Male vocals are fairly neutral, with the midbass bump giving them a little extra volume when called for. Neil Diamond’s chesty delivery in Hello Again, from The Jazz Singer soundtrack, is coarsely emotive, and even the higher-register male vocals on Radical Face’s Welcome Home are rendered realistically.

Pre-sound filters, female vocals were pushed a touch higher than I like them to be, though that’s probably a consequence of some unfiltered treble peaks rather than any midrange abrasiveness. Katie Pruitt’s signature voice was ever so slightly glassy on It’s Always Been You, but warmed right up with the filters in place. Same with Lana Del Rey on some of her Chemtrails Over The Countryclub numbers.

Treble is where the filters seem to have the most effect. The combination of some errant treble peaks – not surprising at this price and from a single dynamic driver – and compressed Bluetooth playback can make for a rather unpleasant treble fiasco. Thankfully Ostia’s treble is actually better than on some more expensive wireless IEMs I’ve tried, even without the filters, but the filters really, really smooth things over without sacrificing too much detail up top.

The string section in Max Richter’s Winter 1, from his recomposed version of Vivaldi’s The Four Seasons, were crisp and sweet, with enough detail to separate the different string sections on stage, but also more one-dimensional than I’m used to hearing them. And the cymbal splashes on Def Leppard’s Love Bites were definitely much more tolerable than they were on first listen, and actually quite enjoyable once the filters were on.

Overall, I’d class Ostia’s tonality as a gentle U, tilted right pre-filters and left post-filters. The latter is definitely my preferred option, but trebleheads and those who prefer their bass more neutral can probably live without the filters for sure.



Divinus made a point of telling me about their custom-designed 6mm dynamic driver, dubbed DV1, which claims to offer ultra-low 0.1% distortion across the audible spectrum. I’m no engineer, but my ears were telling me this was indeed a quality driver I was listening to, without any obvious grit, and a commendably resolving signature.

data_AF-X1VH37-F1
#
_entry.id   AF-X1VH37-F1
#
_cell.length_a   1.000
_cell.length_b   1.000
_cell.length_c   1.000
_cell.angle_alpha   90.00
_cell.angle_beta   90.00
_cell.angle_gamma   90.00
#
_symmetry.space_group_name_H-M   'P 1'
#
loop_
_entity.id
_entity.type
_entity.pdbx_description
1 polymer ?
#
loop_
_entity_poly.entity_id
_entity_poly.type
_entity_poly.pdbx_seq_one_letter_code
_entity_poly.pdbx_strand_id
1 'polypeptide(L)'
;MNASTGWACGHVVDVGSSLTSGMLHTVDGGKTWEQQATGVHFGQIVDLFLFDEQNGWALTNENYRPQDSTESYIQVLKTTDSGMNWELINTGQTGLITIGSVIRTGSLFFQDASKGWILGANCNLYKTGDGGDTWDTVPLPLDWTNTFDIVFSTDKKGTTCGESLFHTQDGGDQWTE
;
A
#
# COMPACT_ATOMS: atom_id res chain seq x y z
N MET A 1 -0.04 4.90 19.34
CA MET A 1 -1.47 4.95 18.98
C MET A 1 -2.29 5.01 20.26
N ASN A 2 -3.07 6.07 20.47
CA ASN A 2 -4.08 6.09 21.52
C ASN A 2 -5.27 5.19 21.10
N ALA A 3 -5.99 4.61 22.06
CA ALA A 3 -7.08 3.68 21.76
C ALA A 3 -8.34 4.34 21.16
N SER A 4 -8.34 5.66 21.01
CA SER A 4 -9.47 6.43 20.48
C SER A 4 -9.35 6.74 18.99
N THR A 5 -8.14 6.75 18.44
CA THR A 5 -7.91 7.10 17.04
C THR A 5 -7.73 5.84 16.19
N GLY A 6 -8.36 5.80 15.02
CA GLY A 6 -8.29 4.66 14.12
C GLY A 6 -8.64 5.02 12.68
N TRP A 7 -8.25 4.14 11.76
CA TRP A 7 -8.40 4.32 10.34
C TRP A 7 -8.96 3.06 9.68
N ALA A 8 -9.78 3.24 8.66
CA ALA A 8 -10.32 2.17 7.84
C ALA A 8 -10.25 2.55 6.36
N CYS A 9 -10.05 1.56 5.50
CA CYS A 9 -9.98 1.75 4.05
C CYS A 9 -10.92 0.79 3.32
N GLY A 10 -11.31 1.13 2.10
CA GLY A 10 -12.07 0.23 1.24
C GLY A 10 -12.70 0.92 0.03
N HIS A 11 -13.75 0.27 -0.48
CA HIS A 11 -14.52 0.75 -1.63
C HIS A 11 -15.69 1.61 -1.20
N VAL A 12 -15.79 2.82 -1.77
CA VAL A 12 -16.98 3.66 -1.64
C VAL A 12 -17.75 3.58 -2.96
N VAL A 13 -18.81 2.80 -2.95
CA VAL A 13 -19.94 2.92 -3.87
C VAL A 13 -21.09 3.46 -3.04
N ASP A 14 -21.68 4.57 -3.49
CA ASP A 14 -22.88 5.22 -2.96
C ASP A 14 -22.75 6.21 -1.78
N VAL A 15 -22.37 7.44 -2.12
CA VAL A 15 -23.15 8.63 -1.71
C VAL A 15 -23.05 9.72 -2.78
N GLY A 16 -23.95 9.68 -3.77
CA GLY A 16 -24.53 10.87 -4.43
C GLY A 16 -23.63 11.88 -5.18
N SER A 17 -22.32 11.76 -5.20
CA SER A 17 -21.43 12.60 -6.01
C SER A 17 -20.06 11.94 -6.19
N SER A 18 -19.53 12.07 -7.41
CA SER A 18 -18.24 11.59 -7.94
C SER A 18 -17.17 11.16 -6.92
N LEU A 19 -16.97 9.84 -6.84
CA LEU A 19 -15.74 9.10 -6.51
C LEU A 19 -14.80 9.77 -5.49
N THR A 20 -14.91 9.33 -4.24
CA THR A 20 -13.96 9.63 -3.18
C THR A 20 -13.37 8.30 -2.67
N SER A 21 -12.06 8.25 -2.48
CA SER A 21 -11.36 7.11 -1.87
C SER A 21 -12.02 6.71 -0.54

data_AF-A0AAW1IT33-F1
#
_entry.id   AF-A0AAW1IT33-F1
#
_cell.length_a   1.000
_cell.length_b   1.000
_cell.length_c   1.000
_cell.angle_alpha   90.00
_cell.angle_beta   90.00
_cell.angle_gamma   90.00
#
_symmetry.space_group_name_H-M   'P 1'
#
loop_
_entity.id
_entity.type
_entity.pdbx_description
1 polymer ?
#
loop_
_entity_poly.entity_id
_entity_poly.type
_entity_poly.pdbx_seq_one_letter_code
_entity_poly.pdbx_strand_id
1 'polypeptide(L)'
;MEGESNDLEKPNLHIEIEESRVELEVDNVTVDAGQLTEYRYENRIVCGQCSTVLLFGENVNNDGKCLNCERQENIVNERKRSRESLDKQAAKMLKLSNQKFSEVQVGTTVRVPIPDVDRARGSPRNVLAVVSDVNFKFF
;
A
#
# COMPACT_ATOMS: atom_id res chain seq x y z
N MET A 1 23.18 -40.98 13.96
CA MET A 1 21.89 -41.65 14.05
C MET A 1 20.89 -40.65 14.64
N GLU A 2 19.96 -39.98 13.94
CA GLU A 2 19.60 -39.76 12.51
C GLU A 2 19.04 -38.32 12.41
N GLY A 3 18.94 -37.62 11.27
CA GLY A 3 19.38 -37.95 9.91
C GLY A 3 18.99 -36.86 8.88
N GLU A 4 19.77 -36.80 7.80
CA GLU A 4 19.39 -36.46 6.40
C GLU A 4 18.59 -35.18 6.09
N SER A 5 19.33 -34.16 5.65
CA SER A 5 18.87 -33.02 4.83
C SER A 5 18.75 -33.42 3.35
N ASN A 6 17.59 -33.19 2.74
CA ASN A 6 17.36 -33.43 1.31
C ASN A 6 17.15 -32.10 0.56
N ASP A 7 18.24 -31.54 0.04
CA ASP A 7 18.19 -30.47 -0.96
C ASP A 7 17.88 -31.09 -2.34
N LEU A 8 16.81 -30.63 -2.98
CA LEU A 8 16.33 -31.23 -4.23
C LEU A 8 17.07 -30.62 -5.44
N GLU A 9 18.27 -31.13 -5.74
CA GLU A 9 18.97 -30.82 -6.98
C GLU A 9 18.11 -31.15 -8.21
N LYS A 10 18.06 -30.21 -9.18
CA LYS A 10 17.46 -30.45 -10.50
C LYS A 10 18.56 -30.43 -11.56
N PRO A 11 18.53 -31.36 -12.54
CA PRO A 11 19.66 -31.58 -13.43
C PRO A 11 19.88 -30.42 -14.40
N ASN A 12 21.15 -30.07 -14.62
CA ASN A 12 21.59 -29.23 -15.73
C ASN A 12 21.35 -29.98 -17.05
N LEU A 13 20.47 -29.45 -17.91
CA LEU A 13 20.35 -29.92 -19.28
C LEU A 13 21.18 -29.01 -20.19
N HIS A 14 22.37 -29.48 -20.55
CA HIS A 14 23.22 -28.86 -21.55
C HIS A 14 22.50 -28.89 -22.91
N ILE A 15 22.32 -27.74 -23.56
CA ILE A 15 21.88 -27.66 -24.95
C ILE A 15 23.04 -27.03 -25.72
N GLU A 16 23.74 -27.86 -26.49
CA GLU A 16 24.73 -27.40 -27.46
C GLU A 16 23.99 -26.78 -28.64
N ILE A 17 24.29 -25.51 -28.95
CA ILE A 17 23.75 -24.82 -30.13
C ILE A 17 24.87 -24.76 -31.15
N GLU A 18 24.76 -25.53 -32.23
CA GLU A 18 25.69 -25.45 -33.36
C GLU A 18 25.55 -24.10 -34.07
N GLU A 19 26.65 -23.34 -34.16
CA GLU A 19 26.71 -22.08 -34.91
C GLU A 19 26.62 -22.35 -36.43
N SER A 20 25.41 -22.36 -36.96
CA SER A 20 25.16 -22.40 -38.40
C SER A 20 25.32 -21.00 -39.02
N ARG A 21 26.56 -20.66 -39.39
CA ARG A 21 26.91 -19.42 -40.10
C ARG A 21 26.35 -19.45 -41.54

I have to keep reminding myself that this is a $60 TWS IEM, and for that price there’s a heck of a lot of technology that needs to be packed in to two tiny shells and a case to make them all work. Often it’s a case of good sound being a nice-to-have, but Divinus set out to make sound quality a priority with Ostia, and it shows.

Without getting carried away, Ostia isn’t going to win any technical awards, but at the same time I’ve heard wired IEMs that cost more and sound worse. Stage size, for example, is actually very respectable, with some sounds pushing past the periphery of my ears and hanging just outside my head. It’s not the deepest stage I’ve heard, but it’s not cramped or intimate either.

Imaging is also good, as is instrument and vocal separation. There’s some diffusion going on with vocals – especially on multi-vocal tracks – that maybe don’t get the singers placed dead centre on stage, but aside from that I find the presentation very natural and lifelike, if not quite life-size.

What Ostia lacks, technically, compared to more expensive IEMs, is resolution. That’s not always a bad thing, especially when you want your IEMs to paper over the cracks in poorer recordings, but the flipside is that you’re not going to get the most in-depth and revealing listen with these compared to higher-end offerings. Still, I’m not going to mark them down too heavily because hey, $60, and tonally they’re a very pleasant listen indeed.


Closing thoughts

True wireless IEMs have come a long way from the days where just getting a stereo signal without wires was deemed a miracle in and of itself. Today, some of the best TWS IEMs match their wired price-tier counterparts for sound quality, and beat them hands down for features, portability and convenience. At the same time, Bluetooth technology in both handsets and chipsets is improving, heralding ever better quality for wireless systems as a whole.

While the very best TWS IEMs used to be the preserve of name-brand, big budget companies like Sony, Bose, Bowers & Wilkins and of course the major platform vendors like Samsung and Apple, the technology has matured to the point where smaller companies have the means to create compelling products that can compete on an even footing with the big boys.

Divinus seems to be just such a company, and in Ostia they have a product that ticks a whole bunch of boxes that discerning listeners would want from a set of low-cost, high-value TWS IEMs. They’re well built, nicely packaged, with a rugged waterproof rating and wireless charging. They’re small enough to wear comfortably for hours, and compact enough to carry in a small pocket.